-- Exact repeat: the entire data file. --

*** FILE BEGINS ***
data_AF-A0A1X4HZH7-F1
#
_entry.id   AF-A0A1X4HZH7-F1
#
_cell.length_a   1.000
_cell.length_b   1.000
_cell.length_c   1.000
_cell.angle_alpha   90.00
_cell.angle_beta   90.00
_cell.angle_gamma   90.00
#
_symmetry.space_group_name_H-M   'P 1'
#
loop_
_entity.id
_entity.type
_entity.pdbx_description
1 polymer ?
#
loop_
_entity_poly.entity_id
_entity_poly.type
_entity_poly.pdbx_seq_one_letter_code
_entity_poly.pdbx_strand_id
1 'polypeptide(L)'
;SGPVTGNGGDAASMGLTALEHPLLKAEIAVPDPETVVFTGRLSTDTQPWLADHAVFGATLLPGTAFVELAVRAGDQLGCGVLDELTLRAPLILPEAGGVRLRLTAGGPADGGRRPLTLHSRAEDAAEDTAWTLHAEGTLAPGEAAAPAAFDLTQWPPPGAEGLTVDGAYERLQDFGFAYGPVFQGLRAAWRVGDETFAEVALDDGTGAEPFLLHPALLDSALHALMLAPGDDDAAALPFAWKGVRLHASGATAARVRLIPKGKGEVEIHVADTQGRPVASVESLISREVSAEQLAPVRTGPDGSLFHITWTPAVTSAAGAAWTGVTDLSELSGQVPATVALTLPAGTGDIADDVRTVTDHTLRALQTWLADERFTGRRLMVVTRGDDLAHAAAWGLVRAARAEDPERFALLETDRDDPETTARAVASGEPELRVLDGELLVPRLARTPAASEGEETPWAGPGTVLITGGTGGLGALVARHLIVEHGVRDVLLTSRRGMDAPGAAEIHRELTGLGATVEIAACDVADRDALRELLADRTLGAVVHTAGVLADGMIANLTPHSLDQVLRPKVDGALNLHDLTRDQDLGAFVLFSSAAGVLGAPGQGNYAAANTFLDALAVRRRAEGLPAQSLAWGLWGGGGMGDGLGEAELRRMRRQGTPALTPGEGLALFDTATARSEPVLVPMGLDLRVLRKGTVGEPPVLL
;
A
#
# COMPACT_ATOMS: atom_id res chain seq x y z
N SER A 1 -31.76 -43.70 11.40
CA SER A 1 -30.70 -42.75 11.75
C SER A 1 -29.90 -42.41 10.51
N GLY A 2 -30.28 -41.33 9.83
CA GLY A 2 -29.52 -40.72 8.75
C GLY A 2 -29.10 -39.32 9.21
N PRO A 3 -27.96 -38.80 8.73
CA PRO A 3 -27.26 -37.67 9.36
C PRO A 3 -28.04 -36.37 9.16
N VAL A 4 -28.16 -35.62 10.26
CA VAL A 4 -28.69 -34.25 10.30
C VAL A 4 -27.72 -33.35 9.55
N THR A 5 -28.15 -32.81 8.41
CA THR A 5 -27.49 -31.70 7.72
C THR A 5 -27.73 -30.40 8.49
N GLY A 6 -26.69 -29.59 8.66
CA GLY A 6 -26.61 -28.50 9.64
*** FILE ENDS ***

data_AF-A0A1X4HZH7-F1
#
_entry.id   AF-A0A1X4HZH7-F1
#
_cell.length_a   1.000
_cell.length_b   1.000
_cell.length_c   1.000
_cell.angle_alpha   90.00
_cell.angle_beta   90.00
_cell.angle_gamma   90.00
#
_symmetry.space_group_name_H-M   'P 1'
#
loop_
_entity.id
_entity.type
_entity.pdbx_description
1 polymer ?
#
loop_
_entity_poly.entity_id
_entity_poly.type
_entity_poly.pdbx_seq_one_letter_code
_entity_poly.pdbx_strand_id
1 'polypeptide(L)'
;SGPVTGNGGDAASMGLTALEHPLLKAEIAVPDPETVVFTGRLSTDTQPWLADHAVFGATLLPGTAFVELAVRAGDQLGCGVLDELTLRAPLILPEAGGVRLRLTAGGPADGGRRPLTLHSRAEDAAEDTAWTLHAEGTLAPGEAAAPAAFDLTQWPPPGAEGLTVDGAYERLQDFGFAYGPVFQGLRAAWRVGDETFAEVALDDGTGAEPFLLHPALLDSALHALMLAPGDDDAAALPFAWKGVRLHASGATAARVRLIPKGKGEVEIHVADTQGRPVASVESLISREVSAEQLAPVRTGPDGSLFHITWTPAVTSAAGAAWTGVTDLSELSGQVPATVALTLPAGTGDIADDVRTVTDHTLRALQTWLADERFTGRRLMVVTRGDDLAHAAAWGLVRAARAEDPERFALLETDRDDPETTARAVASGEPELRVLDGELLVPRLARTPAASEGEETPWAGPGTVLITGGTGGLGALVARHLIVEHGVRDVLLTSRRGMDAPGAAEIHRELTGLGATVEIAACDVADRDALRELLADRTLGAVVHTAGVLADGMIANLTPHSLDQVLRPKVDGALNLHDLTRDQDLGAFVLFSSAAGVLGAPGQGNYAAANTFLDALAVRRRAEGLPAQSLAWGLWGGGGMGDGLGEAELRRMRRQGTPALTPGEGLALFDTATARSEPVLVPMGLDLRVLRKGTVGEPPVLL
;
A
#
# COMPACT_ATOMS: atom_id res chain seq x y z
N SER A 1 -31.76 -43.70 11.40
CA SER A 1 -30.70 -42.75 11.75
C SER A 1 -29.90 -42.41 10.51
N GLY A 2 -30.28 -41.33 9.83
CA GLY A 2 -29.52 -40.72 8.75
C GLY A 2 -29.10 -39.32 9.21
N PRO A 3 -27.96 -38.80 8.73
CA PRO A 3 -27.26 -37.67 9.36
C PRO A 3 -28.04 -36.37 9.16
N VAL A 4 -28.16 -35.62 10.26
CA VAL A 4 -28.69 -34.25 10.30
C VAL A 4 -27.72 -33.35 9.55
N THR A 5 -28.15 -32.81 8.41
CA THR A 5 -27.49 -31.70 7.72
C THR A 5 -27.73 -30.40 8.49
N GLY A 6 -26.69 -29.59 8.66
CA GLY A 6 -26.61 -28.50 9.64